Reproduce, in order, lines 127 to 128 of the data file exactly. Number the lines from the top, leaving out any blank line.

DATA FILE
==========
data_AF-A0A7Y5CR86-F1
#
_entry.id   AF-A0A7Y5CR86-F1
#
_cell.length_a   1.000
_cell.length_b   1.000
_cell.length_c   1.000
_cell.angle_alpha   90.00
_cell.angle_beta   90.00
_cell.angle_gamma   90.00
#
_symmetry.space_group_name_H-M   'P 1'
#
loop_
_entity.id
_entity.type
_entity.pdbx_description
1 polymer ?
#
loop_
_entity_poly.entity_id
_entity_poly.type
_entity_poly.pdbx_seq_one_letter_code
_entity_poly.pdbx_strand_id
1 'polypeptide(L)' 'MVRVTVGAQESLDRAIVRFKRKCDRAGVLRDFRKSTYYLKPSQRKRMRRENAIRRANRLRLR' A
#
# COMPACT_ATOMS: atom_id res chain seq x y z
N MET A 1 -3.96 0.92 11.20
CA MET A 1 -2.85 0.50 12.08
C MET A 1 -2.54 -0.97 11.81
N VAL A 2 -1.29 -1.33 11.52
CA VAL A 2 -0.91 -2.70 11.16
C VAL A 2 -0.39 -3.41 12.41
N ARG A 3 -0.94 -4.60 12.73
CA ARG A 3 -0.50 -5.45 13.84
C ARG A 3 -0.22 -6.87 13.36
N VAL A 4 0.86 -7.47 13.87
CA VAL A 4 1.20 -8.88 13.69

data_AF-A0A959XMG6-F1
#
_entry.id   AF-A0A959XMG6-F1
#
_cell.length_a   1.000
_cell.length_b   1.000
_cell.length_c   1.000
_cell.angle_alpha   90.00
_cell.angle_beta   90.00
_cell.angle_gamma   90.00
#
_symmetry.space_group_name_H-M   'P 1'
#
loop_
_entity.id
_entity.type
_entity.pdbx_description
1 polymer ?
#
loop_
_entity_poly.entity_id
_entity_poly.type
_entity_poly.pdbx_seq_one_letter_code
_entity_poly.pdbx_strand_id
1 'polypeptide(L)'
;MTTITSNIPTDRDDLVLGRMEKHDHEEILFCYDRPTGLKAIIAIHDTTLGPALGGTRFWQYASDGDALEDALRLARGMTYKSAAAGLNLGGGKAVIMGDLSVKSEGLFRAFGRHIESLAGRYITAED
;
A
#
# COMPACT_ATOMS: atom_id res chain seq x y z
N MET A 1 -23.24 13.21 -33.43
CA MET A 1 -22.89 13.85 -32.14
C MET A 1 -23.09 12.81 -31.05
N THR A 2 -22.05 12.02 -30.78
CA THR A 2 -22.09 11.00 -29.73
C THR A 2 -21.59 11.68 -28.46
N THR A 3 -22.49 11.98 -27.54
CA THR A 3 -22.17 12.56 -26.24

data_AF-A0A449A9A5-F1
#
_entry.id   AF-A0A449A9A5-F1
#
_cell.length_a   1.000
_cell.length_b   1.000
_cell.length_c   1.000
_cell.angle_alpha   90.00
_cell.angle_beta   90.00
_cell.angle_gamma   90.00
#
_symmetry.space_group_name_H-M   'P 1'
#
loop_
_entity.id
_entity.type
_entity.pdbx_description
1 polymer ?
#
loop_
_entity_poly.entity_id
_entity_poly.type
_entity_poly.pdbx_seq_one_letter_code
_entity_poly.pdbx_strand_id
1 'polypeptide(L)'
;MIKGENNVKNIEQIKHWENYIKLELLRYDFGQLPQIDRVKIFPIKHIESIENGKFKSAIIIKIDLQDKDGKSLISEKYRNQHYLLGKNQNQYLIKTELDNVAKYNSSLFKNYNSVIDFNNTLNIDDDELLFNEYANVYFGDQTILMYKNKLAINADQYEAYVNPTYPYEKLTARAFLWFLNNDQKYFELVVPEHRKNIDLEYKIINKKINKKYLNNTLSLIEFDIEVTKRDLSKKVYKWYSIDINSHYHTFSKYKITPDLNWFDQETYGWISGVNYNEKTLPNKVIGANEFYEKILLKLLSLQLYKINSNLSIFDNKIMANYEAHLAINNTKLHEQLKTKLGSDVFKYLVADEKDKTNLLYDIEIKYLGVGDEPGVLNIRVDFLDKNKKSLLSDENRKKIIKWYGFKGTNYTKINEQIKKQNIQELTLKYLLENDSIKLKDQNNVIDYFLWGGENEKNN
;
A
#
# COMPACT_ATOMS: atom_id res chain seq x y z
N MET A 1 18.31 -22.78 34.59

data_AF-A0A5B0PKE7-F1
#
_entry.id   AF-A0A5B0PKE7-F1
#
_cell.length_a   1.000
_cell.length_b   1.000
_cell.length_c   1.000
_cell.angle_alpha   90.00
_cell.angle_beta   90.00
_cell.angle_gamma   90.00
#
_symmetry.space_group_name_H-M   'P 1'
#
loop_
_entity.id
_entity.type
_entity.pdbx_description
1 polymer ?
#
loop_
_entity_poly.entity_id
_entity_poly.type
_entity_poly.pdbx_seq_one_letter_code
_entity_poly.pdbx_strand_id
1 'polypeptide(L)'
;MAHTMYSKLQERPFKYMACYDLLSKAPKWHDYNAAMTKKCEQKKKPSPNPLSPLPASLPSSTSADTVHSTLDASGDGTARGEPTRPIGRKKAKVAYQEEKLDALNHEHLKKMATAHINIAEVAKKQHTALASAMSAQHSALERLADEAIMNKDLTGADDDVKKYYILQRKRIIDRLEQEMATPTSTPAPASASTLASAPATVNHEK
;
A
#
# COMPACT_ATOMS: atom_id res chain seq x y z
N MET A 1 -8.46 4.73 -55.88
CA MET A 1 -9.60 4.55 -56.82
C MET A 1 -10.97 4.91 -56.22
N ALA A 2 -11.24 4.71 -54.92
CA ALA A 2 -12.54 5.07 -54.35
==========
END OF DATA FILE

loop_
_entity_poly.entity_id